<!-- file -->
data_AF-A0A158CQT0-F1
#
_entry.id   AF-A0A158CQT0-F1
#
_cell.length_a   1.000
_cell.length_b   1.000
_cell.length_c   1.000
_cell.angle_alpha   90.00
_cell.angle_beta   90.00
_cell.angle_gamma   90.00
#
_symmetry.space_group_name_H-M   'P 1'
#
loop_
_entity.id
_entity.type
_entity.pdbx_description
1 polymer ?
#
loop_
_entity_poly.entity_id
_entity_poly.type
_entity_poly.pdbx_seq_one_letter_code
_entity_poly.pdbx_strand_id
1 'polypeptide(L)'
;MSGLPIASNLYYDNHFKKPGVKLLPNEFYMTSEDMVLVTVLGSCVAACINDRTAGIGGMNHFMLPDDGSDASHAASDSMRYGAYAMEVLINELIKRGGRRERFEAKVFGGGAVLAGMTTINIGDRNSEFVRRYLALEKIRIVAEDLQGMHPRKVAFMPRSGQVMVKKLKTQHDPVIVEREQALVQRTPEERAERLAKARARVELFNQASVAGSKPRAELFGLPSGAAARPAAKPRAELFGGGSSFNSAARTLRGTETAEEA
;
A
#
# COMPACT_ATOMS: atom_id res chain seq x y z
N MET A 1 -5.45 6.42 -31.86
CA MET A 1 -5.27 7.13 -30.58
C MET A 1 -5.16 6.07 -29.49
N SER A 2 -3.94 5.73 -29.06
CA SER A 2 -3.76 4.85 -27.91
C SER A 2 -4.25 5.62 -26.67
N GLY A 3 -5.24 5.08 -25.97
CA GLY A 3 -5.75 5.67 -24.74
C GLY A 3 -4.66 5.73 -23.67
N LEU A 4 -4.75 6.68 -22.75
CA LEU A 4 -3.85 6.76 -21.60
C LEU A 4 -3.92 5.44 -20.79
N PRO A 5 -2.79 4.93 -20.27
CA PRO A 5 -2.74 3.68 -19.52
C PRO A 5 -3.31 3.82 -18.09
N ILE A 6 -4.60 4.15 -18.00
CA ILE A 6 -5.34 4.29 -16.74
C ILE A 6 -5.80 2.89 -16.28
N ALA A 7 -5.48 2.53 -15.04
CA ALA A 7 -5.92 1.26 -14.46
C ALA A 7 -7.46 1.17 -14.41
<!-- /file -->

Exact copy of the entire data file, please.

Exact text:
data_AF-A0A158CQT0-F1
#
_entry.id   AF-A0A158CQT0-F1
#
_cell.length_a   1.000
_cell.length_b   1.000
_cell.length_c   1.000
_cell.angle_alpha   90.00
_cell.angle_beta   90.00
_cell.angle_gamma   90.00
#
_symmetry.space_group_name_H-M   'P 1'
#
loop_
_entity.id
_entity.type
_entity.pdbx_description
1 polymer ?
#
loop_
_entity_poly.entity_id
_entity_poly.type
_entity_poly.pdbx_seq_one_letter_code
_entity_poly.pdbx_strand_id
1 'polypeptide(L)'
;MSGLPIASNLYYDNHFKKPGVKLLPNEFYMTSEDMVLVTVLGSCVAACINDRTAGIGGMNHFMLPDDGSDASHAASDSMRYGAYAMEVLINELIKRGGRRERFEAKVFGGGAVLAGMTTINIGDRNSEFVRRYLALEKIRIVAEDLQGMHPRKVAFMPRSGQVMVKKLKTQHDPVIVEREQALVQRTPEERAERLAKARARVELFNQASVAGSKPRAELFGLPSGAAARPAAKPRAELFGGGSSFNSAARTLRGTETAEEA
;
A
#
# COMPACT_ATOMS: atom_id res chain seq x y z
N MET A 1 -5.45 6.42 -31.86
CA MET A 1 -5.27 7.13 -30.58
C MET A 1 -5.16 6.07 -29.49
N SER A 2 -3.94 5.73 -29.06
CA SER A 2 -3.76 4.85 -27.91
C SER A 2 -4.25 5.62 -26.67
N GLY A 3 -5.24 5.08 -25.97
CA GLY A 3 -5.75 5.67 -24.74
C GLY A 3 -4.66 5.73 -23.67
N LEU A 4 -4.75 6.68 -22.75
CA LEU A 4 -3.85 6.76 -21.60
C LEU A 4 -3.92 5.44 -20.79
N PRO A 5 -2.79 4.93 -20.27
CA PRO A 5 -2.74 3.68 -19.52
C PRO A 5 -3.31 3.82 -18.09
N ILE A 6 -4.60 4.15 -18.00
CA ILE A 6 -5.34 4.29 -16.74
C ILE A 6 -5.80 2.89 -16.28
N ALA A 7 -5.48 2.53 -15.04
CA ALA A 7 -5.92 1.26 -14.46
C ALA A 7 -7.46 1.17 -14.41